The opinion of the court was delivered by: SMITH
In this action the Alaska Movers Association and a number of its members challenge the validity of the issuance of a Rate Solicitation Letter dated December 1, 1977 by the Military Traffic Management Command (MTMC), an organization within the Department of Defense (DOD). The said Rate Solicitation Letter outlined the Competitive Rate Program (CRP) through which the DOD would procure contracts to ship household goods of military servicemen to and from Alaska. The matter is before the Court on Cross-Motions for Summary Judgment.
On January 3, 1978 plaintiffs instituted this suit and sought a preliminary injunction to restrain application of the Competitive Rate Program to the transportation of household goods of DOD personnel to and from Alaska. On January 6, 1978 the Court denied the Motion for Temporary Restraining Order and Preliminary Injunction.
Plaintiffs contend that they were denied due process under the Fifth Amendment as their property interests were adversely affected by the government action. In addition, they allege that MTMC's inclusion of the State of Alaska in its Rate Solicitation Letter of December 1, 1977 was arbitrary and capricious and not a product of reasoned decision making.
It is well established that anyone hoping to contract with the United States has no property right to government contracts; only a right to an equal opportunity to seek government contracts. Schraier v. Hickel, 136 U.S. App. D.C. 81, 419 F.2d 663 (1969); Gonzalez v. Freeman, 118 U.S. App. D.C. 180, 334 F.2d 570 (1964); Copper Plumbing & Heating Co. v. Campbell, 110 U.S. App. D.C. 177, 290 F.2d 368 (1961). This right of equal opportunity to contract is recognized and embodied in the statutes and directives on which the CRP is based.
It is clear from the record that plaintiffs are not being barred from future contracting opportunities, nor are they being stigmatized in any way. The Rate Solicitation Letter provided notice of the CRP, and plaintiffs have been availed an equal opportunity to compete in the open market for DOD business.
To insure that all carriers have an equal opportunity to submit their rates, with no unfair competitive advantage accruing to any carrier, announcements of specific planned expansions are not made to the industry until after the final decision has been reached in DOD. This procedure was followed in the present case. The announcement was made on November 18, 1977 stating that expansion of the CRP to Alaska would become effective beginning with the May 1, 1978 rate cycle, and the Rate Solicitation Letter was sent on December 1, 1977.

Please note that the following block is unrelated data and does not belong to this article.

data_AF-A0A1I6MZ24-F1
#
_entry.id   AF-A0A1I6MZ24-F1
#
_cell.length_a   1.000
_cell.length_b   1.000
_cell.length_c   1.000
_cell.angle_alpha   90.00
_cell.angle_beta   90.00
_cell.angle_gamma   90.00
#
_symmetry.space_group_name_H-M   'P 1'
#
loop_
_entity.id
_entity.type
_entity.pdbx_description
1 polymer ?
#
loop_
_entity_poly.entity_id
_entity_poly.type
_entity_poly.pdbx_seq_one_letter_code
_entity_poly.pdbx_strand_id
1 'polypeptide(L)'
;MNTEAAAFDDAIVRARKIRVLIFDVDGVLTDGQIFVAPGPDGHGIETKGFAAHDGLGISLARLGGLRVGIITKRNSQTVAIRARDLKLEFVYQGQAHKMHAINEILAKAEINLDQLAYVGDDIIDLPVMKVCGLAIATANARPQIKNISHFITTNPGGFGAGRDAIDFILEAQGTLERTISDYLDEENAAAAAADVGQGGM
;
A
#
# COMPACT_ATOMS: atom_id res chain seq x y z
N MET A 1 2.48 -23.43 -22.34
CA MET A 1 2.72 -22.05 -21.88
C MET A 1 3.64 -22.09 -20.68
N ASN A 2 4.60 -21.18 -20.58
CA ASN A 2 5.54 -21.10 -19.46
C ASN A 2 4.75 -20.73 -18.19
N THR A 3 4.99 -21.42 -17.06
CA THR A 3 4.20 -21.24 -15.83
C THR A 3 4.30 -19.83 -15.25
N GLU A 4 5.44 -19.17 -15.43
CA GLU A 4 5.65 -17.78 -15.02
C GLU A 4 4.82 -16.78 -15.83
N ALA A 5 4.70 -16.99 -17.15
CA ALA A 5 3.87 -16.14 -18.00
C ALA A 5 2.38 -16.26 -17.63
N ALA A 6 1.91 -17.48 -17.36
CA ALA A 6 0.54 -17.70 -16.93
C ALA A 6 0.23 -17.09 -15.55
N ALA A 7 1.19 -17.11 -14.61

The DOD decision to expand the CRP to Alaska did not violate due process since the plaintiffs had no right to a government contract, but only a right to an equal opportunity to contract, which was preserved and protected by the Department of Defense.
Secondly, it appears from the record that the Department of Defense's expansion of the CRP to Alaska was the result of reasoned decision making. The record reveals that the CRP was instituted on a trial basis in Okinawa in 1976. DOD publicly expressed its intentions for worldwide expansion of the CRP on May 11, 1976 when the Deputy Assistant Secretary testified to that effect before a Congressional Committee.
Substantial savings were realized from the institution of the CRP in Okinawa and Germany.
The initial program and each succeeding phase, including the expansion to Alaska had been approved formally by the Department of Defense and coordinated with interested members of Congress prior to the DOD decision. In addition, correspondence and discussion regarding the program had taken place with industry representatives, the Government Accounting Office, the Small Business Administration, and the Office of Federal Procurement Policy.
It appears, therefore, that the institution of the CRP and its expansion to Alaska was a well reasoned decision, undertaken after consideration of projected monetary savings and consultation with many private industry and government representatives, and that the defendants had a rational basis for their action.
Accordingly, plaintiffs' Motion for Summary Judgment is denied and defendants' Motion for Summary Judgment is granted.
United States District Judge
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